We’re developers, we look for solutions, so we test the models on a variety of data and check the results. And we never notice we’re modelling the wrong thing because our tests are doomed to succeed, as my robotics lecturer liked to say.
We don’t understand the results
So, we overcome the problems with the models being too small or being wrong, and we get some sensible results. We calculate some p-values on some of the data to make sure we’re seeing something different from the norm, but no-one understands p-values. [5,6]
Or we map variables and we see patterns in data, because we’re human and we like patterns. We like seeing faces on Mars, or a single narrative that links JFK, UFOs and Nixon. And we like confirmation that Internet Explorer is evil.
We make the wrong decisions based on the results
The biggest problem though is what we do with the analysis. Whether the model, the data, or the analysis is wrong, or even if it’s right, people draw conclusions that lead to poor decisions for themselves or for society.
I believe that there’s enough paranoia about Data Protection in EU that it’s unlikely to be a privacy issue (at least in the public sector, especially following the backlash against ID cards in the UK), but it can lead companies and governments to make bad, and possibly dangerous decisions. They see house prices going up and decide to offer 125% loans, they see that Just-In-Time delivery, driven by big data and cheap loans, saves money right until banks collapse and stop giving loans, and suddenly there’s no more Woolworths.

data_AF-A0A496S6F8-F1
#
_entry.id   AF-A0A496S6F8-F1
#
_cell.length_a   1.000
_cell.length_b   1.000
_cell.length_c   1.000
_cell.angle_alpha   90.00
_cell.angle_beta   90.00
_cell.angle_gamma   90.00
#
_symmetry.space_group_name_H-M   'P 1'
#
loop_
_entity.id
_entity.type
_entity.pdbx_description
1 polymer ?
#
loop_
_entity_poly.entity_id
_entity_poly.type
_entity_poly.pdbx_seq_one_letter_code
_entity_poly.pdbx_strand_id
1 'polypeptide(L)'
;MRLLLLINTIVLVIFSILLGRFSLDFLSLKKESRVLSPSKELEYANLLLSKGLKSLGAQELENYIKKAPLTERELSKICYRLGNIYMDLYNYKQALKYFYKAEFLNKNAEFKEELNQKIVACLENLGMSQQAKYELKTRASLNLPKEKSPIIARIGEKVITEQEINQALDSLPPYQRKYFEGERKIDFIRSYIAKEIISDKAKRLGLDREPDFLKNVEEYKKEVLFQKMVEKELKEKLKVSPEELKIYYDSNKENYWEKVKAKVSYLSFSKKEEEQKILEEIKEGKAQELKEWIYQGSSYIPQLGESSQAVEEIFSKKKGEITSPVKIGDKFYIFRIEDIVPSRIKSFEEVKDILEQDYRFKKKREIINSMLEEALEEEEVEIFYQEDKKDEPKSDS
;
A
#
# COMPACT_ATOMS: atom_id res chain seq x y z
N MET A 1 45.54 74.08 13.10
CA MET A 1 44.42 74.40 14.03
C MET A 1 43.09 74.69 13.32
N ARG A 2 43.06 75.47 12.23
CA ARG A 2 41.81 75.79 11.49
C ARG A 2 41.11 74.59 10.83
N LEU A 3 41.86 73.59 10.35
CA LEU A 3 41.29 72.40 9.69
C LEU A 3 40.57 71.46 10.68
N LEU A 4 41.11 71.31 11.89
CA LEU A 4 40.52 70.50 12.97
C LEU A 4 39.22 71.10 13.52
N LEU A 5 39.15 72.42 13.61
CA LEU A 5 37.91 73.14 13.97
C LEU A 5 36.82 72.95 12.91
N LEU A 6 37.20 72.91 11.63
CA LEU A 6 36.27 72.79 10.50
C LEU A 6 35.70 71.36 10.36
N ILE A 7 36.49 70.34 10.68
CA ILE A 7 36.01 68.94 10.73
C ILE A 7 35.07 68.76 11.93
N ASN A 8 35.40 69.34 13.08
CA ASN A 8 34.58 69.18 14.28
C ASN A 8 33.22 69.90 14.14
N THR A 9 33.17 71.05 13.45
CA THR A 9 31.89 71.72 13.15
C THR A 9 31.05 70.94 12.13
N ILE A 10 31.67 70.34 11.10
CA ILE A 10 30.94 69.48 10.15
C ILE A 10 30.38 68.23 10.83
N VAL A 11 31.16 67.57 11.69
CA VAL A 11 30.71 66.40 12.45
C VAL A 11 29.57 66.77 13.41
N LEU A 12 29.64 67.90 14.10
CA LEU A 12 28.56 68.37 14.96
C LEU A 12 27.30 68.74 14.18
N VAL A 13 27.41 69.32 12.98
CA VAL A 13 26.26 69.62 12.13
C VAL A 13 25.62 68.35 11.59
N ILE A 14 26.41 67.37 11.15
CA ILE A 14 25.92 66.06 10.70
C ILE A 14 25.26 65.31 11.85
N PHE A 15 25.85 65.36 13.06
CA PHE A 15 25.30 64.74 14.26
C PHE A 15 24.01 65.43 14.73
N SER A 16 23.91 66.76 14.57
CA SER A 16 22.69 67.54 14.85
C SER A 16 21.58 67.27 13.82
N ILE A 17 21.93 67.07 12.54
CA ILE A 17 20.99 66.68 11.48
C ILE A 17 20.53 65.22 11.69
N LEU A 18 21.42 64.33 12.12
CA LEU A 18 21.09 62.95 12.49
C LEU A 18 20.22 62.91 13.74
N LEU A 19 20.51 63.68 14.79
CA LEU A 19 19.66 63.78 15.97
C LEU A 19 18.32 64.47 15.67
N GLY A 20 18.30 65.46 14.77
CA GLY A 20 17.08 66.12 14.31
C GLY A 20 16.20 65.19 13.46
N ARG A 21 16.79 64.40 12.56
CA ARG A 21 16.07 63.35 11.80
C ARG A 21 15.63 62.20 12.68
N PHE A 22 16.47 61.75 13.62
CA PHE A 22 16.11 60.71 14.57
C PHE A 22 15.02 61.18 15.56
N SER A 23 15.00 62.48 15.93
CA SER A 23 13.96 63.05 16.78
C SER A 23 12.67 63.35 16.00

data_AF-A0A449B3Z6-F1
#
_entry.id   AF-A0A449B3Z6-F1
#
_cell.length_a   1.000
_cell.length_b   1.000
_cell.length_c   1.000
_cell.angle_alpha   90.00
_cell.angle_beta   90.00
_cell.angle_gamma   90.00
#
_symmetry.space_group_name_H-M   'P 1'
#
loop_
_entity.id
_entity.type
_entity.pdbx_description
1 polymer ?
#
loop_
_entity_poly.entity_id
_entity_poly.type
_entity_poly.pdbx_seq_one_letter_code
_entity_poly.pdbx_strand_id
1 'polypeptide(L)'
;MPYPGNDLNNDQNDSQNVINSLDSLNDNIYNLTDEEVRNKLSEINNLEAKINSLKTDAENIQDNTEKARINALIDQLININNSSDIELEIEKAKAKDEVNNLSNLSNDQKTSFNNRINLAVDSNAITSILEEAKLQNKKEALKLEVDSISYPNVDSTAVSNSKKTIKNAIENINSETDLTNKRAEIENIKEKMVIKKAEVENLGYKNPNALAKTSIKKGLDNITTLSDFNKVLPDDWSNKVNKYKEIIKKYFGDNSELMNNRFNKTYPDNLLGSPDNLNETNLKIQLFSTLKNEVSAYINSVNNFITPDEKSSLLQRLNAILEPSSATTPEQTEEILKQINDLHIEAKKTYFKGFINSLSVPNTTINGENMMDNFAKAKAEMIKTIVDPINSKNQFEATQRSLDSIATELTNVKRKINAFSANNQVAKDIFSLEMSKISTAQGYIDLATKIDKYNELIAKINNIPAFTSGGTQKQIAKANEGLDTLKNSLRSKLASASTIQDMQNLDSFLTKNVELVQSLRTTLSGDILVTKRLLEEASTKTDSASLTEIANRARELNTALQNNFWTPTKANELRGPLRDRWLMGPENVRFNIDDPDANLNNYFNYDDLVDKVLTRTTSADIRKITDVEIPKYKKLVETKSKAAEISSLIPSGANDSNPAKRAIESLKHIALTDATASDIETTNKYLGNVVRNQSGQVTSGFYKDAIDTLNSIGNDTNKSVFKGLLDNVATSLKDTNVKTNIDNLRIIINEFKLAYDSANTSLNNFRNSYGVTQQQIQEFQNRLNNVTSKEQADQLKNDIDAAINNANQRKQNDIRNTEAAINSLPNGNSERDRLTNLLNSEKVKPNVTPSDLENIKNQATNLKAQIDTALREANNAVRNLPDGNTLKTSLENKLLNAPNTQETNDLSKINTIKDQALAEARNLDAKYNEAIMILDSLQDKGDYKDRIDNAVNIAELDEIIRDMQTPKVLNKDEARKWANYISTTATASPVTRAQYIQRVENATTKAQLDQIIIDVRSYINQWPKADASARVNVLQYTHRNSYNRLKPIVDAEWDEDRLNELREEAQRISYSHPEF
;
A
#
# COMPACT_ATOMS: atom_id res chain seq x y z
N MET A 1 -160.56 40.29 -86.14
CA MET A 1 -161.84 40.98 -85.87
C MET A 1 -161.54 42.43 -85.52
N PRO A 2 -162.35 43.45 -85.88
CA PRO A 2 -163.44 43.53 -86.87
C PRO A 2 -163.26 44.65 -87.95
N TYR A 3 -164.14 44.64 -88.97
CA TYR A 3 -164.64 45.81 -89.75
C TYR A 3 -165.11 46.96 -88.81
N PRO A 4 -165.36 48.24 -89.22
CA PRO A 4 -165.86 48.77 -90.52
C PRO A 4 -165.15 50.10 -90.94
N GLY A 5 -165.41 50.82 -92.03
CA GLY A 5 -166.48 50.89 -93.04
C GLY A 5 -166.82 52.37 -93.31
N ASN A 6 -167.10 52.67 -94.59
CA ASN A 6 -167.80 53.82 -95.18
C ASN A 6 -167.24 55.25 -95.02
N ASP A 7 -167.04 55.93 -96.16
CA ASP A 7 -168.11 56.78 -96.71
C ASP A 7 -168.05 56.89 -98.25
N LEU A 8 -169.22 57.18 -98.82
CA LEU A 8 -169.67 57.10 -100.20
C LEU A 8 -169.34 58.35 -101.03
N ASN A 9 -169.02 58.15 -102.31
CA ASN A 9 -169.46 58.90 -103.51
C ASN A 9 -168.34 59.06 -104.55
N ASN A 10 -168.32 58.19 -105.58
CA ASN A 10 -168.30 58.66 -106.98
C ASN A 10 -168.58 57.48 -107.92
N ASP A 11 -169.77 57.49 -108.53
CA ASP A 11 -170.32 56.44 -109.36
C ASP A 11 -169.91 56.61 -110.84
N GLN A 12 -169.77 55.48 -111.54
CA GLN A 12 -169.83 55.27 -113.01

Developers, and shop floor workers, may also be aware that sometimes managers like to measure “productivity” by seeing how many lines of code, or units of work, someone can do per hour, and offering incentives to increase productivity . So developers
Measuring code quality as bugs fixed may show improvement across releases, but if people are incentivized by bug count, the software will have more bugs and is ultimately lower quality and more costly to maintain. At A&E, patients are left sitting in the Ambulance, which cannot go to another call, because the A&E department wants to meet a 4hr target for length of patient visit. Productivity, as measured, increases, but the act of measuring has made the situation worse. These perverse incentives only exist because the data is there. The data is accurate and the analysis is accurate, but the result is chaos.
What can we do about it?
First of all, we need to understand there are a few problems here, and each one has a different solution. Education is obviously important, but is there a way we can use the analysis itself to reduce errors by watching users and learning from the mistakes that are made? Or can we use the UX to highlight and guide the user away from the mistakes?
Do we plot data in the background and complain if users calculate the mean and standard deviation if the data doesn’t support it? Do we calculate power laws and refuse to calculate p-values if the data doesn’t justify it? In short, can the computer be smarter than the user in interpreting the data as well as just crunching the numbers, to make sure the model is big enough and correct?
Once we have the analysis, is there any way to educate users or encourage them to use it the right way? The best example of this I’ve seen is the TheyWorkForYou stats on 3 word usage : show silly examples to help people think about the numbers they are seeing. Do we need to add disclaimers to all analysis? Is there any automated approach to find ways to encourage continual improvement so that users can understand the data and the analysis better?